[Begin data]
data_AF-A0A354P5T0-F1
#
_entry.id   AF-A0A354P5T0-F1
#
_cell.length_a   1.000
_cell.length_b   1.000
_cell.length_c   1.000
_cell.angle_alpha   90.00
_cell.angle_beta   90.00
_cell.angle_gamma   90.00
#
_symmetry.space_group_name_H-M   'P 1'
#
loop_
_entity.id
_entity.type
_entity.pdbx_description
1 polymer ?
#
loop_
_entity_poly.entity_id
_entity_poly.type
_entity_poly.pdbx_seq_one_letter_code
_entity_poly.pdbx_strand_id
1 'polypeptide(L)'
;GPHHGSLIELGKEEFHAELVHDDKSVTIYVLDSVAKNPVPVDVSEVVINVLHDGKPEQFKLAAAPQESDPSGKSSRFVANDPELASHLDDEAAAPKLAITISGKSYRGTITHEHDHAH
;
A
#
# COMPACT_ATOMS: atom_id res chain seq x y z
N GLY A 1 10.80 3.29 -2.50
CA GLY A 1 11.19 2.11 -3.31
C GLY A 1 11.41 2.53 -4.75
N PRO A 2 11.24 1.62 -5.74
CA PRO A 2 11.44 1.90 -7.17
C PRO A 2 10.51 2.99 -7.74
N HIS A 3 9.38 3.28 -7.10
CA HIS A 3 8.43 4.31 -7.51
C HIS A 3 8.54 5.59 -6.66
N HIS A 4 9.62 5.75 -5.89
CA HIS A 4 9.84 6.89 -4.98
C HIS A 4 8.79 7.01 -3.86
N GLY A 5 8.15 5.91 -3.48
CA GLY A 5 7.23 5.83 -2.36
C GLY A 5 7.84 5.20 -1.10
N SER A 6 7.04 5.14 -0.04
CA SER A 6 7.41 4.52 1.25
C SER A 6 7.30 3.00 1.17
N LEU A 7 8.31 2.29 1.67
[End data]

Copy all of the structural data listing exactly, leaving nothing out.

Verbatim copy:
data_AF-A0A354P5T0-F1
#
_entry.id   AF-A0A354P5T0-F1
#
_cell.length_a   1.000
_cell.length_b   1.000
_cell.length_c   1.000
_cell.angle_alpha   90.00
_cell.angle_beta   90.00
_cell.angle_gamma   90.00
#
_symmetry.space_group_name_H-M   'P 1'
#
loop_
_entity.id
_entity.type
_entity.pdbx_description
1 polymer ?
#
loop_
_entity_poly.entity_id
_entity_poly.type
_entity_poly.pdbx_seq_one_letter_code
_entity_poly.pdbx_strand_id
1 'polypeptide(L)'
;GPHHGSLIELGKEEFHAELVHDDKSVTIYVLDSVAKNPVPVDVSEVVINVLHDGKPEQFKLAAAPQESDPSGKSSRFVANDPELASHLDDEAAAPKLAITISGKSYRGTITHEHDHAH
;
A
#
# COMPACT_ATOMS: atom_id res chain seq x y z
N GLY A 1 10.80 3.29 -2.50
CA GLY A 1 11.19 2.11 -3.31
C GLY A 1 11.41 2.53 -4.75
N PRO A 2 11.24 1.62 -5.74
CA PRO A 2 11.44 1.90 -7.17
C PRO A 2 10.51 2.99 -7.74
N HIS A 3 9.38 3.28 -7.10
CA HIS A 3 8.43 4.31 -7.51
C HIS A 3 8.54 5.59 -6.66
N HIS A 4 9.62 5.75 -5.89
CA HIS A 4 9.84 6.89 -4.98
C HIS A 4 8.79 7.01 -3.86
N GLY A 5 8.15 5.91 -3.48
CA GLY A 5 7.23 5.83 -2.36
C GLY A 5 7.84 5.20 -1.10
N SER A 6 7.04 5.14 -0.04
CA SER A 6 7.41 4.52 1.25
C SER A 6 7.30 3.00 1.17
N LEU A 7 8.31 2.29 1.67